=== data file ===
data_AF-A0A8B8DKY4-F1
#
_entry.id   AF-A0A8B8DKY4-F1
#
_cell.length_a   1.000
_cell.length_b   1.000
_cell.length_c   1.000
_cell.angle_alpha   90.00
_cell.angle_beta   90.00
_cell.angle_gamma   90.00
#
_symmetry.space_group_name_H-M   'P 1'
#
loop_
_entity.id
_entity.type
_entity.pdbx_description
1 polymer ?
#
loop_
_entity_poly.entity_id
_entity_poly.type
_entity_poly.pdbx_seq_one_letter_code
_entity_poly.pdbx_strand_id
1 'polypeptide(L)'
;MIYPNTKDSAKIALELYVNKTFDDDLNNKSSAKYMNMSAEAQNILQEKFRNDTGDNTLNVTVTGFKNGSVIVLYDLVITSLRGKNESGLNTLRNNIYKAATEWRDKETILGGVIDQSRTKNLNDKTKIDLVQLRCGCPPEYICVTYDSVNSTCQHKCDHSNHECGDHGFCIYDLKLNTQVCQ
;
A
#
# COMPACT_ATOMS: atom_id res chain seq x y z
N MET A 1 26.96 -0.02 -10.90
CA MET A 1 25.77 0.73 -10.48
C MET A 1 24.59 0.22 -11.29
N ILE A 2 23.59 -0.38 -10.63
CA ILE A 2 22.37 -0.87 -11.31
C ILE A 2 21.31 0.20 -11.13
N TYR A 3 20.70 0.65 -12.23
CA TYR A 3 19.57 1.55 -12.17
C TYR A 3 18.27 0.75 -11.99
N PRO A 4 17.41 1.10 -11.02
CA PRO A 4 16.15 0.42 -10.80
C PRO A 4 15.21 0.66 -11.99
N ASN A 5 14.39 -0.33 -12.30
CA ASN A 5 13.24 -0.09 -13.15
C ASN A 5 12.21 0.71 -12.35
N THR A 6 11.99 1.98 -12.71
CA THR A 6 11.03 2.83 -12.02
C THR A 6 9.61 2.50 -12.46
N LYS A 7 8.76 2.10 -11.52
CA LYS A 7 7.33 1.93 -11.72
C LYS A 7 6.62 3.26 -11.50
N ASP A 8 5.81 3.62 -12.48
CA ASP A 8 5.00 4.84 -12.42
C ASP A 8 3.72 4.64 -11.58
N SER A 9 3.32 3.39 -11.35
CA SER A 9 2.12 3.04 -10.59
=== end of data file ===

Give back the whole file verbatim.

data_AF-A0A8B8DKY4-F1
#
_entry.id   AF-A0A8B8DKY4-F1
#
_cell.length_a   1.000
_cell.length_b   1.000
_cell.length_c   1.000
_cell.angle_alpha   90.00
_cell.angle_beta   90.00
_cell.angle_gamma   90.00
#
_symmetry.space_group_name_H-M   'P 1'
#
loop_
_entity.id
_entity.type
_entity.pdbx_description
1 polymer ?
#
loop_
_entity_poly.entity_id
_entity_poly.type
_entity_poly.pdbx_seq_one_letter_code
_entity_poly.pdbx_strand_id
1 'polypeptide(L)'
;MIYPNTKDSAKIALELYVNKTFDDDLNNKSSAKYMNMSAEAQNILQEKFRNDTGDNTLNVTVTGFKNGSVIVLYDLVITSLRGKNESGLNTLRNNIYKAATEWRDKETILGGVIDQSRTKNLNDKTKIDLVQLRCGCPPEYICVTYDSVNSTCQHKCDHSNHECGDHGFCIYDLKLNTQVCQ
;
A
#
# COMPACT_ATOMS: atom_id res chain seq x y z
N MET A 1 26.96 -0.02 -10.90
CA MET A 1 25.77 0.73 -10.48
C MET A 1 24.59 0.22 -11.29
N ILE A 2 23.59 -0.38 -10.63
CA ILE A 2 22.37 -0.87 -11.31
C ILE A 2 21.31 0.20 -11.13
N TYR A 3 20.70 0.65 -12.23
CA TYR A 3 19.57 1.55 -12.17
C TYR A 3 18.27 0.75 -11.99
N PRO A 4 17.41 1.10 -11.02
CA PRO A 4 16.15 0.42 -10.80
C PRO A 4 15.21 0.66 -11.99
N ASN A 5 14.39 -0.33 -12.30
CA ASN A 5 13.24 -0.09 -13.15
C ASN A 5 12.21 0.71 -12.35
N THR A 6 11.99 1.98 -12.71
CA THR A 6 11.03 2.83 -12.02
C THR A 6 9.61 2.50 -12.46
N LYS A 7 8.76 2.10 -11.52
CA LYS A 7 7.33 1.93 -11.72
C LYS A 7 6.62 3.26 -11.50
N ASP A 8 5.81 3.62 -12.48
CA ASP A 8 5.00 4.84 -12.42
C ASP A 8 3.72 4.64 -11.58
N SER A 9 3.32 3.39 -11.35
CA SER A 9 2.12 3.04 -10.59